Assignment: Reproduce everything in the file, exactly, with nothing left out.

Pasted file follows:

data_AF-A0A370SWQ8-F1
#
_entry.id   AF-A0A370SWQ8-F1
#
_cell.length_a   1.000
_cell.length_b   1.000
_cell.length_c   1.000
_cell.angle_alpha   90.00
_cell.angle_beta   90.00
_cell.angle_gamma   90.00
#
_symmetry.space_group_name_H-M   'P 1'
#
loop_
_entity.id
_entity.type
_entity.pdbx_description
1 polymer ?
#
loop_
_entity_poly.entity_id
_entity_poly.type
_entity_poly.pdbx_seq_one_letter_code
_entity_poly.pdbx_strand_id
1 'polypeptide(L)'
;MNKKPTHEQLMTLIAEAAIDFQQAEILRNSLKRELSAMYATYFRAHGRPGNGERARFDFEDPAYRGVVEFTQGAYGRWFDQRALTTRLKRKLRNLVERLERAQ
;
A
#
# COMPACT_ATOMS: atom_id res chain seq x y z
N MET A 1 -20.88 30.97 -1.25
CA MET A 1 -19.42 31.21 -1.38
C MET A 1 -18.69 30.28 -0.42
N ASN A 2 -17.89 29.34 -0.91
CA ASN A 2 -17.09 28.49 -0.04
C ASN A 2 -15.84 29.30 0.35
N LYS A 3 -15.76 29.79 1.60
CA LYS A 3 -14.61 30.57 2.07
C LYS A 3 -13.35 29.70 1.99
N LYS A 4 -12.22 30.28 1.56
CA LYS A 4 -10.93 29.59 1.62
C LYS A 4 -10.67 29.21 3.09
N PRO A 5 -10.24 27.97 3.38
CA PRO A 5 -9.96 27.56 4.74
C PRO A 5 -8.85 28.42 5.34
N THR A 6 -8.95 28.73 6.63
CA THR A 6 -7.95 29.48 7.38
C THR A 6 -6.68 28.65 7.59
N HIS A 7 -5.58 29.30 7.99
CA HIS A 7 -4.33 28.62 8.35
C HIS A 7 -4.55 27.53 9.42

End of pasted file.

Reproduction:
data_AF-A0A370SWQ8-F1
#
_entry.id   AF-A0A370SWQ8-F1
#
_cell.length_a   1.000
_cell.length_b   1.000
_cell.length_c   1.000
_cell.angle_alpha   90.00
_cell.angle_beta   90.00
_cell.angle_gamma   90.00
#
_symmetry.space_group_name_H-M   'P 1'
#
loop_
_entity.id
_entity.type
_entity.pdbx_description
1 polymer ?
#
loop_
_entity_poly.entity_id
_entity_poly.type
_entity_poly.pdbx_seq_one_letter_code
_entity_poly.pdbx_strand_id
1 'polypeptide(L)'
;MNKKPTHEQLMTLIAEAAIDFQQAEILRNSLKRELSAMYATYFRAHGRPGNGERARFDFEDPAYRGVVEFTQGAYGRWFDQRALTTRLKRKLRNLVERLERAQ
;
A
#
# COMPACT_ATOMS: atom_id res chain seq x y z
N MET A 1 -20.88 30.97 -1.25
CA MET A 1 -19.42 31.21 -1.38
C MET A 1 -18.69 30.28 -0.42
N ASN A 2 -17.89 29.34 -0.91
CA ASN A 2 -17.09 28.49 -0.04
C ASN A 2 -15.84 29.30 0.35
N LYS A 3 -15.76 29.79 1.60
CA LYS A 3 -14.61 30.57 2.07
C LYS A 3 -13.35 29.70 1.99
N LYS A 4 -12.22 30.28 1.56
CA LYS A 4 -10.93 29.59 1.62
C LYS A 4 -10.67 29.21 3.09
N PRO A 5 -10.24 27.97 3.38
CA PRO A 5 -9.96 27.56 4.74
C PRO A 5 -8.85 28.42 5.34
N THR A 6 -8.95 28.73 6.63
CA THR A 6 -7.95 29.48 7.38
C THR A 6 -6.68 28.65 7.59
N HIS A 7 -5.58 29.30 7.99
CA HIS A 7 -4.33 28.62 8.35
C HIS A 7 -4.55 27.53 9.42